Charles Hughes was tried at the Old Bailey in January 1817. He was charged with committing a 'felonious assault on the King's highway' after stealing a watch and other articles belonging to Isaac Prigg. His sentence of death was commuted to transportation for Life and he arrived in New South Wales on the convict ship Larkins on 22 November 1817 with 245 other convicts.
The ship's indents record that Charles Hughes was 19 years of age with dark hair, blue eyes and a dark sallow complexion. Seventeen months after arrival in Sydney, he was sent to the penal settlement at Newcastle where in November of that year he and John Davis were both punished with 25 lashes for gambling. This seems to have been his only lapse. When he was granted a conditional pardon many years later it was recorded that he was born in Manchester and had been a seaman before his sentence. His previous experience led him to being assigned to the pilot at Newcastle and he was soon employed as an assistant pilot at Newcastle working under William Eckford.
He was involved in the pursuit of Convict Pirates who escaped from the settlement on the cutter Eclipse in May 1825 which resulted in his being recommended for the salary of overseer by the former Commandant Henry Gillman. Captain Gillman described Charles Hughes a very well behaved and useful man who had been a Newcastle six years, four of which had been as assistant pilot.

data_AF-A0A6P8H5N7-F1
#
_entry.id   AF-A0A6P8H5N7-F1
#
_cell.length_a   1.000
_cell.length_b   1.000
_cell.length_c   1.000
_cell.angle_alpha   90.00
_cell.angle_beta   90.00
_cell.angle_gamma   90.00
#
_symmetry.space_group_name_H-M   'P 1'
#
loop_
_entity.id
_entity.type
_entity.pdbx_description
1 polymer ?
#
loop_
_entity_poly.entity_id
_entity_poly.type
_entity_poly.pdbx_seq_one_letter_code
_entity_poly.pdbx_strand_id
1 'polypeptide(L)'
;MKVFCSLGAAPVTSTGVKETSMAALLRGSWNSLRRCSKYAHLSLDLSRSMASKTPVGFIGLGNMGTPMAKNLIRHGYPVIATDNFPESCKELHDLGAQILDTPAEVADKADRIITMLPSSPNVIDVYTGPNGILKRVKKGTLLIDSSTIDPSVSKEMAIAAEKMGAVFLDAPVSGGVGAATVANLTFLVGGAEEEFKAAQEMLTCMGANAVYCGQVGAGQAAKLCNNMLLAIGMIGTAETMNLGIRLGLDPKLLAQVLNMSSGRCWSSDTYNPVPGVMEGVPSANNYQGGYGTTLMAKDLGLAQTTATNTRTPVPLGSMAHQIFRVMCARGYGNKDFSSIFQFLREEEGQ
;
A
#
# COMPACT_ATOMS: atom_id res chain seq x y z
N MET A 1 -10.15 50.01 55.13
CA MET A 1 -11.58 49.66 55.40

Correspondence from Lieut. Owen regarding the escape of convict pirates in the Eclipse in 1825. Charles Hughes, assistant Pilot in charge of convicts in the pursuit boat. 
In October 1824 he applied to Rev. G.A. Middleton to marry Sophia Friar (Frayer) a convict girl who arrived on the Brothers the previous April, however Sophia had entered a relationship with James Henshaw by 1825.
In July 1827 at Christ Church Newcastle Charles Hughes married Amelia Nicholls and also in this year he received a Ticket of Leave for the district of Newcastle which allowed him to work on his own behalf. The 1828 Census records his occupation as fisherman. In the 1828 Census he and Amelia, (b. c 1811 at Prospect, daughter of John Nicholls and Ann Pugh), have a six months old son Thomas.
Other children of Charles and Amelia included
Charles Andrew b. 1830 at Newcastle
Jane b. 1832 at Newcastle
Ellen who died in May1835 age 4 months
John Francis b. December 1836 at Newcastle
Sydney Joseph died February 1839 aged 8 months
William Edwyn b. 1844 at West Maitland
Henry James b. 1849 at West Maitland
Charles Hughes returned to his work as assistant pilot probably taking over the duties of William Cromarty when that man was injured and forced into retirement.
He was on hand in 1834 to assist the crew of the vessel Mary Jane when she ran into trouble in bad weather off Newcastle. The incident was described by one of the men - 'Mr. Charles Hughes, assisted by his men, came out with his boat to our assistance, at a very early hour of the morning of the 7th but, from the heavy sea and swell, he was compelled to go back, and he and his men immediately repaired overland (a distance of 13 or 14 miles all of which is a soft sandy beach) to the scene of our distress where he remained that night and ensuing day in a diligent endeavour to recover the vessel but the sea still continuing to keep up with increasing violence, the vessels bottom was staved'